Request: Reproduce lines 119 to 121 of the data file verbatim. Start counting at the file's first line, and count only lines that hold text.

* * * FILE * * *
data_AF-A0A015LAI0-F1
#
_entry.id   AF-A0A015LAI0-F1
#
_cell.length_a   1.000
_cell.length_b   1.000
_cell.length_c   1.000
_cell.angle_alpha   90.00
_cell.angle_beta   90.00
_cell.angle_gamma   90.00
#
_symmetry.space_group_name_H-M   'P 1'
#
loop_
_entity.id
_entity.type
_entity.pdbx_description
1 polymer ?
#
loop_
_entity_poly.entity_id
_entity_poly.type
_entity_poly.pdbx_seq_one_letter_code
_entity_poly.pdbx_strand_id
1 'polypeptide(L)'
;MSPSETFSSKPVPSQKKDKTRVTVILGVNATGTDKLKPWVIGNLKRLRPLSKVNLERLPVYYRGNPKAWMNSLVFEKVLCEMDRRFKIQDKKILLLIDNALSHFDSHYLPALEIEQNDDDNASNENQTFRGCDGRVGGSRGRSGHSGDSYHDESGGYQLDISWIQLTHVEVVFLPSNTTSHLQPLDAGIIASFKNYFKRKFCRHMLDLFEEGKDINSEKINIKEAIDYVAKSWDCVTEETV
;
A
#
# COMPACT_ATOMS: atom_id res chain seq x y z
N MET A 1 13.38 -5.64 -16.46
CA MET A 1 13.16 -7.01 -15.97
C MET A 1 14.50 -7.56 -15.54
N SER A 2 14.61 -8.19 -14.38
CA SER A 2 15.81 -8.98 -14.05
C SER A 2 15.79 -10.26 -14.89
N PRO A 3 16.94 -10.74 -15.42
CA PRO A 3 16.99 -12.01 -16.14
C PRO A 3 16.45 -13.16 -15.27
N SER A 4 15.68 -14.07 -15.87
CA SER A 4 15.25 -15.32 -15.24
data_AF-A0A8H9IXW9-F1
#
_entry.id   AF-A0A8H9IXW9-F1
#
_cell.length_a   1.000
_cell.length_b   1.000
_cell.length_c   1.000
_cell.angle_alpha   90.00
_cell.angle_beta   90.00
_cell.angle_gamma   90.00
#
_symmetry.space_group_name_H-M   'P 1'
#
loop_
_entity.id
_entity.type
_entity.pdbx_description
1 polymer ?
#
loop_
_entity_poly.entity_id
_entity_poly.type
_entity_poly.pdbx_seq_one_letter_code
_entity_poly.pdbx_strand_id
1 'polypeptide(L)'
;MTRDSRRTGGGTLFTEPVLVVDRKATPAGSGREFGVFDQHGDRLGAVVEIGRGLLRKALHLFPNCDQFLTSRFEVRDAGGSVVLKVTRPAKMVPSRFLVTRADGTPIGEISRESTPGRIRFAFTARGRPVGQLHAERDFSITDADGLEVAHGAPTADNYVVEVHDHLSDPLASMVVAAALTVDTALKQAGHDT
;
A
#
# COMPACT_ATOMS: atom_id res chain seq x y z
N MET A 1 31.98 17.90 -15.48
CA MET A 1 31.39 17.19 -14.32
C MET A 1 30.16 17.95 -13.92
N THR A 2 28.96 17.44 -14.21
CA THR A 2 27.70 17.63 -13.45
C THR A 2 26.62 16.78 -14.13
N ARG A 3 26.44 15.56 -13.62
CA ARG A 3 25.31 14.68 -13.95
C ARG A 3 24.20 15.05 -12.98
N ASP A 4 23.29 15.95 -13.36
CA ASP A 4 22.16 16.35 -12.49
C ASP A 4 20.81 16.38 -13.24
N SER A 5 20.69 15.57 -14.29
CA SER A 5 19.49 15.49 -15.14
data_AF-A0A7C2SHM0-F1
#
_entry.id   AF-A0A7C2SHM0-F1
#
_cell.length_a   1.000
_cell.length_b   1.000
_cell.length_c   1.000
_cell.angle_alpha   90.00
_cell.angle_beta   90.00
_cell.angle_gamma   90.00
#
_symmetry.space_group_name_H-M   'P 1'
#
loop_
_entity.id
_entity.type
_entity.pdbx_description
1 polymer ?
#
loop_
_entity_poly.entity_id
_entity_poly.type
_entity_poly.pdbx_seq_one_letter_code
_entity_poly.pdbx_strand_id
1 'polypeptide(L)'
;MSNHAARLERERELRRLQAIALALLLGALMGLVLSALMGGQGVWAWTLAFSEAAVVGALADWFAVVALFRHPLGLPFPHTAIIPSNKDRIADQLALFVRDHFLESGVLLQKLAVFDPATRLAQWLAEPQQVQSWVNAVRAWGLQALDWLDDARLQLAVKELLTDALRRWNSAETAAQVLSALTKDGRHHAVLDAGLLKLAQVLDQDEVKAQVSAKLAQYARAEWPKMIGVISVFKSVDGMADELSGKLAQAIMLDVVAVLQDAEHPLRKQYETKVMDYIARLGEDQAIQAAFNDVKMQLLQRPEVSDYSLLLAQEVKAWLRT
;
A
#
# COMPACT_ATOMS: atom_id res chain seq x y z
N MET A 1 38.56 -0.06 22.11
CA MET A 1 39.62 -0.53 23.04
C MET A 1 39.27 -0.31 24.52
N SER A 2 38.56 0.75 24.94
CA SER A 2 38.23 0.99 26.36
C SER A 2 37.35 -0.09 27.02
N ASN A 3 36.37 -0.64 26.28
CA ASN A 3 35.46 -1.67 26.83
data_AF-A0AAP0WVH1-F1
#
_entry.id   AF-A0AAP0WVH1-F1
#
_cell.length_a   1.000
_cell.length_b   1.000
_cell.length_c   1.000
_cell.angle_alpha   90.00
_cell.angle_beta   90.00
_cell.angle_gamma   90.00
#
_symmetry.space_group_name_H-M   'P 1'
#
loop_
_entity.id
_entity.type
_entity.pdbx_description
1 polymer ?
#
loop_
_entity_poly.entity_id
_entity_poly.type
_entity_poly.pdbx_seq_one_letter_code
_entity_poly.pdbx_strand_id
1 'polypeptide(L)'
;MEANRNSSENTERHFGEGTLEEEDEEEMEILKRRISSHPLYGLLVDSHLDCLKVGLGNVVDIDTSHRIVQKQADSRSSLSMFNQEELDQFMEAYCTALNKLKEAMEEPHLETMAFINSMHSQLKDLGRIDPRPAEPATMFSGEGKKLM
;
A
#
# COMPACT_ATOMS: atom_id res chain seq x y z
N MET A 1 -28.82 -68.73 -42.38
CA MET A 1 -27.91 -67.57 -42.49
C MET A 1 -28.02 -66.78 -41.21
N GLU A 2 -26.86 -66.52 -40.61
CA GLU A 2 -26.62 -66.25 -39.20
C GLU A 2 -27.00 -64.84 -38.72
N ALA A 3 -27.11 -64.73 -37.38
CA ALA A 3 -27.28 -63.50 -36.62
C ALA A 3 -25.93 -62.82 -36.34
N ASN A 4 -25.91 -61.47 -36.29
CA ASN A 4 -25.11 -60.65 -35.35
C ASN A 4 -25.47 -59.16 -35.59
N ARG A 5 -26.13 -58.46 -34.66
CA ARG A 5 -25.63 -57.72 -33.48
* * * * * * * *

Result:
N SER A 2 38.56 0.75 24.94
CA SER A 2 38.23 0.99 26.36
C SER A 2 37.35 -0.09 27.02